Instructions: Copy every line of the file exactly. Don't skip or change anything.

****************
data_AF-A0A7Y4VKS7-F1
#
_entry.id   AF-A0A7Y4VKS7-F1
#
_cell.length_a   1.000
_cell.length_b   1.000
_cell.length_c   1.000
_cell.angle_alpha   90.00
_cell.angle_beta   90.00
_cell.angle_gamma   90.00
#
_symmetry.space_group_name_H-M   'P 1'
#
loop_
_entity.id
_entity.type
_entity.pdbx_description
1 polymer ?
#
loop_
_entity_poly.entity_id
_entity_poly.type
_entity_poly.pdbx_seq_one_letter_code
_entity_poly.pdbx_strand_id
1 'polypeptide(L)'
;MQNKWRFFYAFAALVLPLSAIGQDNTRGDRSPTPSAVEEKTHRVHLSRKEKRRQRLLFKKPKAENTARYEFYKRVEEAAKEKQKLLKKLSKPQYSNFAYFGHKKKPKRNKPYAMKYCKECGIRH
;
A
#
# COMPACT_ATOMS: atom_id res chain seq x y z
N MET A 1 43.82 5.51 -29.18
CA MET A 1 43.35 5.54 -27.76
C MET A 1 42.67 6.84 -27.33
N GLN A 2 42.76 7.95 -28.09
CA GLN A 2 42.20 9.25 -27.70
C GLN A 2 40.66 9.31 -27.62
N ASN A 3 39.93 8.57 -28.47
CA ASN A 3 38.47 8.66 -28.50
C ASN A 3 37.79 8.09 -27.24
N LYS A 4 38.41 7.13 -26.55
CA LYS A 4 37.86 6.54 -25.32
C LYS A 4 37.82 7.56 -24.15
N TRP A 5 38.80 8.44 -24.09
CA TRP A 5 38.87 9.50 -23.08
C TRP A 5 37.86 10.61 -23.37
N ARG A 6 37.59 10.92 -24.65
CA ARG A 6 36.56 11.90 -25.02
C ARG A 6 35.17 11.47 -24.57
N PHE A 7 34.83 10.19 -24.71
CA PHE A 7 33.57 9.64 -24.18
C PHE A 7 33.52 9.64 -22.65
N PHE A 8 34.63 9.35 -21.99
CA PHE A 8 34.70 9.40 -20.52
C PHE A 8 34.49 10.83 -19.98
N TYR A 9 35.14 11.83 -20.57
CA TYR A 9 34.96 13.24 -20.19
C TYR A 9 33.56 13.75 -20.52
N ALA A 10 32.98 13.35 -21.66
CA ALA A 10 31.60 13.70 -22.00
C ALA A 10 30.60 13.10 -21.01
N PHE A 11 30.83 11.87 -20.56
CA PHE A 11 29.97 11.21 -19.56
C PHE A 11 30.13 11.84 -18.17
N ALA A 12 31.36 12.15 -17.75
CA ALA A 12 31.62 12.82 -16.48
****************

data_AF-A0A7Y4VKS7-F1
#
_entry.id   AF-A0A7Y4VKS7-F1
#
_cell.length_a   1.000
_cell.length_b   1.000
_cell.length_c   1.000
_cell.angle_alpha   90.00
_cell.angle_beta   90.00
_cell.angle_gamma   90.00
#
_symmetry.space_group_name_H-M   'P 1'
#
loop_
_entity.id
_entity.type
_entity.pdbx_description
1 polymer ?
#
loop_
_entity_poly.entity_id
_entity_poly.type
_entity_poly.pdbx_seq_one_letter_code
_entity_poly.pdbx_strand_id
1 'polypeptide(L)'
;MQNKWRFFYAFAALVLPLSAIGQDNTRGDRSPTPSAVEEKTHRVHLSRKEKRRQRLLFKKPKAENTARYEFYKRVEEAAKEKQKLLKKLSKPQYSNFAYFGHKKKPKRNKPYAMKYCKECGIRH
;
A
#
# COMPACT_ATOMS: atom_id res chain seq x y z
N MET A 1 43.82 5.51 -29.18
CA MET A 1 43.35 5.54 -27.76
C MET A 1 42.67 6.84 -27.33
N GLN A 2 42.76 7.95 -28.09
CA GLN A 2 42.20 9.25 -27.70
C GLN A 2 40.66 9.31 -27.62
N ASN A 3 39.93 8.57 -28.47
CA ASN A 3 38.47 8.66 -28.50
C ASN A 3 37.79 8.09 -27.24
N LYS A 4 38.41 7.13 -26.55
CA LYS A 4 37.86 6.54 -25.32
C LYS A 4 37.82 7.56 -24.15
N TRP A 5 38.80 8.44 -24.09
CA TRP A 5 38.87 9.50 -23.08
C TRP A 5 37.86 10.61 -23.37
N ARG A 6 37.59 10.92 -24.65
CA ARG A 6 36.56 11.90 -25.02
C ARG A 6 35.17 11.47 -24.57
N PHE A 7 34.83 10.19 -24.71
CA PHE A 7 33.57 9.64 -24.18
C PHE A 7 33.52 9.64 -22.65
N PHE A 8 34.63 9.35 -21.99
CA PHE A 8 34.70 9.40 -20.52
C PHE A 8 34.49 10.83 -19.98
N TYR A 9 35.14 11.83 -20.57
CA TYR A 9 34.96 13.24 -20.19
C TYR A 9 33.56 13.75 -20.52
N ALA A 10 32.98 13.35 -21.66
CA ALA A 10 31.60 13.70 -22.00
C ALA A 10 30.60 13.10 -21.01
N PHE A 11 30.83 11.87 -20.56
CA PHE A 11 29.97 11.21 -19.56
C PHE A 11 30.13 11.84 -18.17
N ALA A 12 31.36 12.15 -17.75
CA ALA A 12 31.62 12.82 -16.48